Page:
A century on, we look at the determined women who stopped at nothing to win equal rights
Women's rights issues are nothing new and are as prevalent today as they were 100 years ago. Back then, however, one brave group decided they'd had enough, fighting for and eventually winning women's rights to vote. These are the most famous females behind the women's suffrage movement.
The leader of the suffragettes in Britain, Pankhurst is widely regarded as one of the most important figures in modern British history. She founded the Women's Social and Political Union (WSPU), a group known for employing militant tactics in their struggle for equality.
Pankhurst was regularly arrested and imprisoned during the suffrage movement and was joined by daughters Christabel and Sylvia in her pursuit of the female vote.
Daughter of Emmeline, Christabel was nicknamed "The Queen of the Mob".
She directed the WSPU's most aggressive activities and also edited the movement's newspaper The Suffragette.
Lady Constance Lytton was the daughter of Viceroy Robert Bulwer-Lytton but refused to use her privileged background as a means for special treatment when she was arrested.
In fact, she often disguised herself as Jane Warton, an 'ugly London seamstress', to avoid any benefits her family connections might bring.
Renowned for giving her life for the suffrage movement, Emily Wilding Davison was fatally wounded when she stepped in front of the King's horse at the 1913 Epsom Derby.
We've also uncovered her hiding in Parliament's crypt in the 1911 census.
A moderate suffragist rather than a militant suffragette, Millicent Fawcett concentrated much of her efforts on improving women's education.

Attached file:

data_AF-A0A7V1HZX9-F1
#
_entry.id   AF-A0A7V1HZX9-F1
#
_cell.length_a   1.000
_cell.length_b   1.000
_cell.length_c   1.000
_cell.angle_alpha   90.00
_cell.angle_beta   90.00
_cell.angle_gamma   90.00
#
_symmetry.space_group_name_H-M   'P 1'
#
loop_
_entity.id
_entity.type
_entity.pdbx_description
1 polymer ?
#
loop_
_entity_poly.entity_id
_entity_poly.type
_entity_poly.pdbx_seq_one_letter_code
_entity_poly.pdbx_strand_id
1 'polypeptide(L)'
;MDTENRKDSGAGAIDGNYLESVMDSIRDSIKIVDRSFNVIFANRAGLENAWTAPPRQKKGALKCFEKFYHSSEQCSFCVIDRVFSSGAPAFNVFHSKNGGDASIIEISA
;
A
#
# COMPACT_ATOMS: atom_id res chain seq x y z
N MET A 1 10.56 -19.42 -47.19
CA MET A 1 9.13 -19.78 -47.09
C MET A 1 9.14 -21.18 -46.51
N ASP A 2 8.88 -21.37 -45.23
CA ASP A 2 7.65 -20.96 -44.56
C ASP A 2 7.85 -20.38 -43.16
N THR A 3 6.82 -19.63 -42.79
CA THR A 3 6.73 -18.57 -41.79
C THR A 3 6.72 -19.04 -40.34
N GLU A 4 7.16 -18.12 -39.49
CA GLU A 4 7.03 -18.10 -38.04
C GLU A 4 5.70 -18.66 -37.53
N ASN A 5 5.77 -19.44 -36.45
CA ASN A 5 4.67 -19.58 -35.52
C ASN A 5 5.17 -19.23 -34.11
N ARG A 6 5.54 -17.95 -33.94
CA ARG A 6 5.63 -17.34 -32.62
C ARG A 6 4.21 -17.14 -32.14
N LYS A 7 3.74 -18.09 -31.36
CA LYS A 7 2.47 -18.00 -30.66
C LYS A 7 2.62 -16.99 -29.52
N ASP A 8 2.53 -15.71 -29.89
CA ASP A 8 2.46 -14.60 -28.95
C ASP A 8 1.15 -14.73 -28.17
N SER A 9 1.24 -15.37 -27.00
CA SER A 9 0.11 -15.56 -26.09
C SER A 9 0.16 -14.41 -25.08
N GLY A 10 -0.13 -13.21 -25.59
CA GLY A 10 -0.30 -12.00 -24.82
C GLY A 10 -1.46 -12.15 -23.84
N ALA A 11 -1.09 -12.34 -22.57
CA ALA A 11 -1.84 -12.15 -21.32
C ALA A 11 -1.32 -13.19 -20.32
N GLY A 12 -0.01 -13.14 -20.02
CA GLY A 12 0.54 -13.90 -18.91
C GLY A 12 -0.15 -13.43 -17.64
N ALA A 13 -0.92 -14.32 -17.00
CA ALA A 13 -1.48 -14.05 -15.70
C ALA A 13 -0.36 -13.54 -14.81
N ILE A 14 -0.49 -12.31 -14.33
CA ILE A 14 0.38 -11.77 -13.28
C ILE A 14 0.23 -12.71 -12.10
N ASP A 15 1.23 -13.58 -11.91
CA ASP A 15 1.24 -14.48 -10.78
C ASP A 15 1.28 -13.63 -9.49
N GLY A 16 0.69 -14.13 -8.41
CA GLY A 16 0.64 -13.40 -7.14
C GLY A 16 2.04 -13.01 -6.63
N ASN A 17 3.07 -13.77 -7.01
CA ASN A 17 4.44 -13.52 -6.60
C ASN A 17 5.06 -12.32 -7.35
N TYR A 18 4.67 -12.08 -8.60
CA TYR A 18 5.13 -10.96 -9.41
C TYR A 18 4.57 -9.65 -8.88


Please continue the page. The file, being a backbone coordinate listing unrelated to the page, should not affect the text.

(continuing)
Nonetheless, she was instrumental in winning the women's vote, an accolade that has made her the first woman to have a statue in London's Parliament Square.
The ' Jiu-jitsu Suffragette' Edith Garrud was one of the world's first professional female martial arts instructors.
She trained the WSPU's bodyguards in self-defence. We've detailed this extraordinary suffragette's life story here.
Another of Emmeline's daughters, Sylvia took a different stance to her mother's and sister's.
Emmeline, Christabel and Sylvia Pankhurst in 1911
With links to the labour and socialist movements, she focused on local campaigning and was even expelled from the WSPU by Christabel in 1913.
Although composer Ethel Smyth gave up music for 2 years to support the women's suffrage movement, she still found the time to write their anthem "The March of the Women" .
While imprisoned, she famously conducted the suffragettes in song using a toothbrush.
Emmeline Pankhurst's personal bodyguard, Leonora Cohen gained the moniker "Tower Suffragette" when she smashed the display case for the Crown Jewels in the Tower of London. Cohen lived until she was 105 and contributed to the second wave of feminism in the 1970s.
A serial prison escapee, Lilian Lenton became known as the "tiny, wily, elusive Pimpernel". She was a dancer by trade and also won the French Red Cross for her service as an orderly during World War 1.
Countess Constance Markievicz was an Irish nationalist who followed her sister Eva Gore-Booth into the suffrage movement. She played a prominent role in ensuring Winston Churchill was defeated in a Manchester by-election in 1908 and even went on to be a leading figure in the Irish rebellion of 1916.
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Markievicz blazed a trail for women in politics. She was the first ever woman elected to the British House of Commons (although she refused to take her seat) and the second woman in the world to hold a cabinet position as Minister for Labour in the Irish government.